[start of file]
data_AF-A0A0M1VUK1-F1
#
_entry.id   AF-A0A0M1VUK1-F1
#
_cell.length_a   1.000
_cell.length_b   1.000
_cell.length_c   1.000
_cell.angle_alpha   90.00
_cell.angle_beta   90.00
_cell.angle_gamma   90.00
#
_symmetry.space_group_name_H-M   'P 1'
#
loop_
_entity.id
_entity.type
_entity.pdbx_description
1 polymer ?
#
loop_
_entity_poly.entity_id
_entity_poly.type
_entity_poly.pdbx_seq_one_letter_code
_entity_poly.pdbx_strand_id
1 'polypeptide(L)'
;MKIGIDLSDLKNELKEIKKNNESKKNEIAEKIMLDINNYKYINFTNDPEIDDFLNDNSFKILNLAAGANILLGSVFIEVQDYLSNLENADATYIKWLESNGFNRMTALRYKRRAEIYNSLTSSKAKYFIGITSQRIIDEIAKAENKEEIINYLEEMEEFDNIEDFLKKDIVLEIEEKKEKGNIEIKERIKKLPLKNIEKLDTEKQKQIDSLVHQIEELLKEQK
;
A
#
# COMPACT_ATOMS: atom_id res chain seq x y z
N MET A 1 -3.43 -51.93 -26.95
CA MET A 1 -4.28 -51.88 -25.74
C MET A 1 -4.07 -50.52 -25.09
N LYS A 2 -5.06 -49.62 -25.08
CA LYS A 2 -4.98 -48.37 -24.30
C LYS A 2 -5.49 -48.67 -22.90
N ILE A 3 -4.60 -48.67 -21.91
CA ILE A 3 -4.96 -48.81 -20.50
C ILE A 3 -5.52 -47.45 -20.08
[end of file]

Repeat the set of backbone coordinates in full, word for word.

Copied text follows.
data_AF-A0A0M1VUK1-F1
#
_entry.id   AF-A0A0M1VUK1-F1
#
_cell.length_a   1.000
_cell.length_b   1.000
_cell.length_c   1.000
_cell.angle_alpha   90.00
_cell.angle_beta   90.00
_cell.angle_gamma   90.00
#
_symmetry.space_group_name_H-M   'P 1'
#
loop_
_entity.id
_entity.type
_entity.pdbx_description
1 polymer ?
#
loop_
_entity_poly.entity_id
_entity_poly.type
_entity_poly.pdbx_seq_one_letter_code
_entity_poly.pdbx_strand_id
1 'polypeptide(L)'
;MKIGIDLSDLKNELKEIKKNNESKKNEIAEKIMLDINNYKYINFTNDPEIDDFLNDNSFKILNLAAGANILLGSVFIEVQDYLSNLENADATYIKWLESNGFNRMTALRYKRRAEIYNSLTSSKAKYFIGITSQRIIDEIAKAENKEEIINYLEEMEEFDNIEDFLKKDIVLEIEEKKEKGNIEIKERIKKLPLKNIEKLDTEKQKQIDSLVHQIEELLKEQK
;
A
#
# COMPACT_ATOMS: atom_id res chain seq x y z
N MET A 1 -3.43 -51.93 -26.95
CA MET A 1 -4.28 -51.88 -25.74
C MET A 1 -4.07 -50.52 -25.09
N LYS A 2 -5.06 -49.62 -25.08
CA LYS A 2 -4.98 -48.37 -24.30
C LYS A 2 -5.49 -48.67 -22.90
N ILE A 3 -4.60 -48.67 -21.91
CA ILE A 3 -4.96 -48.81 -20.50
C ILE A 3 -5.52 -47.45 -20.08